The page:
The Besses are an ancient Thracian tribe of the Balkans.
In antiquity, its territory stretched from the high basin of the Evros Rhodopes. Herodotus also locates them “in the mountains of the northwestern Kingdom of Odrysia,” adding that they practiced divination and interpreted the prophecies of the priestess of the oracle of Dionysus at Satrae. Strabo calls them “brigands among robbers” and looters. But Theodor Mommsen locates their capital, Uscudama, further down the Evros, on the site of the future Adrianople while archaeologists identify it in Bessapara, now Sinitovo near Pazardzhik, Bulgaria.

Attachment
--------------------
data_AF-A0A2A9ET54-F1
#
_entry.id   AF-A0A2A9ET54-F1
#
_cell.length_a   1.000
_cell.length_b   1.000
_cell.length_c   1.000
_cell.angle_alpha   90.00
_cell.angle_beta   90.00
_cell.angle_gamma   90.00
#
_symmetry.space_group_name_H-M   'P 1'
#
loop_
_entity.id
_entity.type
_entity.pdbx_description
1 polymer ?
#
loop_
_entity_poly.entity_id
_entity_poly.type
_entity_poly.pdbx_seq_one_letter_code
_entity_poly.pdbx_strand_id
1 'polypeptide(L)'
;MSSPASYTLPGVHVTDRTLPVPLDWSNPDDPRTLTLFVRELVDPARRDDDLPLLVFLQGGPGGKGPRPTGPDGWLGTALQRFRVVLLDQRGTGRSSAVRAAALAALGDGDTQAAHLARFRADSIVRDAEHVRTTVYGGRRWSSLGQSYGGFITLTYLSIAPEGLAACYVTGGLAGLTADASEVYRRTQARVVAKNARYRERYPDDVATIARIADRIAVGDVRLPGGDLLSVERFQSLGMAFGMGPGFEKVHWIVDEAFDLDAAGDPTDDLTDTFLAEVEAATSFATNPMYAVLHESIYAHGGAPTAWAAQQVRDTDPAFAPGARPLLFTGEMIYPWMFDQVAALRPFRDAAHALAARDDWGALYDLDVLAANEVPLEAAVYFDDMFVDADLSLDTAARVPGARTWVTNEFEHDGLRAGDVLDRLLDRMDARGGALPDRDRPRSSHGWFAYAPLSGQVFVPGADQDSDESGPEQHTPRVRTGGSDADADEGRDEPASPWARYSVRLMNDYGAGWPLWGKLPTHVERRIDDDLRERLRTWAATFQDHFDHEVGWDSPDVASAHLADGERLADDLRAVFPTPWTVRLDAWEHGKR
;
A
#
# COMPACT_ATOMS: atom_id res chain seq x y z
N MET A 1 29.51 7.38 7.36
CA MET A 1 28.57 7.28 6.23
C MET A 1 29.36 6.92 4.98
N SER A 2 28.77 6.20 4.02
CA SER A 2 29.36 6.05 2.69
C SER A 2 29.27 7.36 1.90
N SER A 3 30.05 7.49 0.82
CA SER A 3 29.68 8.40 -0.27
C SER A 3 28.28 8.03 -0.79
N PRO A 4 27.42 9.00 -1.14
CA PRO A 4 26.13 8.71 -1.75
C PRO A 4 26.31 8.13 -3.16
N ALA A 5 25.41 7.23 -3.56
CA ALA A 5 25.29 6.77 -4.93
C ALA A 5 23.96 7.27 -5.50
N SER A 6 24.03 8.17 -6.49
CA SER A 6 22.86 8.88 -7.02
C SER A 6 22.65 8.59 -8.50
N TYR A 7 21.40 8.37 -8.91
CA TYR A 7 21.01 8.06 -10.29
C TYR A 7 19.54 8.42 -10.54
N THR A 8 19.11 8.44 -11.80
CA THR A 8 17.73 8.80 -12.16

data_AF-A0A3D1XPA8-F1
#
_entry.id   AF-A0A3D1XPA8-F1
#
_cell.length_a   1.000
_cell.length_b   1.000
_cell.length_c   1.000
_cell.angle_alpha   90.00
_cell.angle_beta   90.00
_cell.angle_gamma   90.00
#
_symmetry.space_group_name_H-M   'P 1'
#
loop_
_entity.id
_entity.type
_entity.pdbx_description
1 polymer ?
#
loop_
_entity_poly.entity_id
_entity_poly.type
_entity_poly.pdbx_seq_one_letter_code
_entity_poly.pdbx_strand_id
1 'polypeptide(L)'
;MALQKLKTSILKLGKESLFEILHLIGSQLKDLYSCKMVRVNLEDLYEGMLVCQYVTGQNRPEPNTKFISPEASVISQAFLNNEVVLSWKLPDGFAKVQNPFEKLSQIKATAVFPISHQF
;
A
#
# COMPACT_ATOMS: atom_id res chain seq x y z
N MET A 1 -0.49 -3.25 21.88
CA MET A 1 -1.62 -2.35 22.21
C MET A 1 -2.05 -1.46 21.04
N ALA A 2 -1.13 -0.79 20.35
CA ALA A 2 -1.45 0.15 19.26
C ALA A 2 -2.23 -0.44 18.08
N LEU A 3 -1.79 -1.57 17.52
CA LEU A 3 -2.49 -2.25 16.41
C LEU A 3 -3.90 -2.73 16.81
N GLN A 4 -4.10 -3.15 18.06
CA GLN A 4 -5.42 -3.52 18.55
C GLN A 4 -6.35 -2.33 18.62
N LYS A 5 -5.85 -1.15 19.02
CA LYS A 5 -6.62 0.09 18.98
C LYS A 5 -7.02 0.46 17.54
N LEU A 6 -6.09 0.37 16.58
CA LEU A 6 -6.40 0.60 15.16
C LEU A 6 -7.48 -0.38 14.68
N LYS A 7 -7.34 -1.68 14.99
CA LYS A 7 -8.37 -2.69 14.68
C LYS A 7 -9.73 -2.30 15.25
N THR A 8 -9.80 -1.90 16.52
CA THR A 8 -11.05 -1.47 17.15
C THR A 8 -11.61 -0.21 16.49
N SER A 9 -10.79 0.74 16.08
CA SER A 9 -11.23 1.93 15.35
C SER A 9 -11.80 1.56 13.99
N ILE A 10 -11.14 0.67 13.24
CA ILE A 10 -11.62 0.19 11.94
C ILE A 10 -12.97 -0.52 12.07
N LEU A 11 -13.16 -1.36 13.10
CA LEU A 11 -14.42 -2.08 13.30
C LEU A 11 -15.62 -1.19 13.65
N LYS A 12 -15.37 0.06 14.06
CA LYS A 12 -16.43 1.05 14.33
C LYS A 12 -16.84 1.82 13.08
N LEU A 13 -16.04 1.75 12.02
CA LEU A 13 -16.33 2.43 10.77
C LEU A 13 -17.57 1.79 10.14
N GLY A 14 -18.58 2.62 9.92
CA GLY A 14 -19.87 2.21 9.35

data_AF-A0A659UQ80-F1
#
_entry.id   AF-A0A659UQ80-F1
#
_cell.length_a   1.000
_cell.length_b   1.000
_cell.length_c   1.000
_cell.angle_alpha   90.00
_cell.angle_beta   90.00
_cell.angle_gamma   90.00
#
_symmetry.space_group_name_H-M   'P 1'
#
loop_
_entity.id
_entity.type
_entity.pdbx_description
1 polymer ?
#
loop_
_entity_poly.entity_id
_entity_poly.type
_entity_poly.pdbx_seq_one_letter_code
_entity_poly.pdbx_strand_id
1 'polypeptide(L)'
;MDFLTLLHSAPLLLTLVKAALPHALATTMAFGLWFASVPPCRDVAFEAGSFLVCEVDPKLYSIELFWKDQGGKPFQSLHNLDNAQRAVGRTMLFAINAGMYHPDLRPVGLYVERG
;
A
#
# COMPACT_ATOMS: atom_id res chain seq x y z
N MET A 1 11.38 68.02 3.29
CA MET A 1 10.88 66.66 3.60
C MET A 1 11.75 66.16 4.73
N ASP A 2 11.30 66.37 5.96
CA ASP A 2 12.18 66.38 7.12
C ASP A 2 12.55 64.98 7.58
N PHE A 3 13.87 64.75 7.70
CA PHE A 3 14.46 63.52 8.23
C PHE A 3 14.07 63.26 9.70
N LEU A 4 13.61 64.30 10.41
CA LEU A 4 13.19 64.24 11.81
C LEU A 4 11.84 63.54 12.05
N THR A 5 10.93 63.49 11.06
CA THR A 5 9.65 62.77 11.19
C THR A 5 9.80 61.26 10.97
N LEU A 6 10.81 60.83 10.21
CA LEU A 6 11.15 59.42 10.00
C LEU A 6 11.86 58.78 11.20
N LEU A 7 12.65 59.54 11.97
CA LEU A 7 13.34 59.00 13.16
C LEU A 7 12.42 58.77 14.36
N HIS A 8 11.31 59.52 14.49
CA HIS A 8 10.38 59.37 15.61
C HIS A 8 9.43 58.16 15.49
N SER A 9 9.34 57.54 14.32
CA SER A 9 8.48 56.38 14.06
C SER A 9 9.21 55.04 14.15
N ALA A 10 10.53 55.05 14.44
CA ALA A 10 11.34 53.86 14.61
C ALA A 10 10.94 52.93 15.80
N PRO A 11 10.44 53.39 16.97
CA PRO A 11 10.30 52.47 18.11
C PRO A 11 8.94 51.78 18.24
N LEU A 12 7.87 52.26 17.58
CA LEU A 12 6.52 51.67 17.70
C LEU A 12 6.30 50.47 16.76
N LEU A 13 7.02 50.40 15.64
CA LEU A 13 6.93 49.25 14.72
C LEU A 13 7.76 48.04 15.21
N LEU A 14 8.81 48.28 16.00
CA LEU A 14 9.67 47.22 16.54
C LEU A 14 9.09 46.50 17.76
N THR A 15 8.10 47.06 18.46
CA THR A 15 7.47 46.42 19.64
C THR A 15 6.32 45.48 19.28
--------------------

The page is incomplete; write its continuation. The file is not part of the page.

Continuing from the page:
In 72 BC, the Besses were defeated by Marcus Terentius Varro Lucullus, the proconsul of Macedonia, and integrated into the Roman Empire. Towards the end of the century, Nicetas de Remesiana, bishop of Aurelian Dacia, uses the name “Besses” to designate the mountain pagans, yet to be converted. After the Romanization of the Thracians, the name of the Besses is used by the Byzantine chroniclers to distinguish the Roman-speaking populations of the Balkans from the Ῥωμαίοι – Rhômaíoi or Romées, the “Romans” in Greek (ie the citizens of the Βασιλεία των Ῥωμαίων – Basileía tôn Rhômaíôn: ” empire of the Romans “in Greek). Thus, in 570, the pilgrim Antoninus de Plaisance visiting the monastery of St. Catherine of Sinai describes the languages most spoken by the monks: “Greek, Latin, Syriac, Coptic and Besse”. To the name of “Valaques” begins to supplant that of “Besses”: in its Strategikon, Kékauménos specifies that the Romanophones of Thessaly descend from the old Thracians and Dacians and that they are called Besses or Vlachs.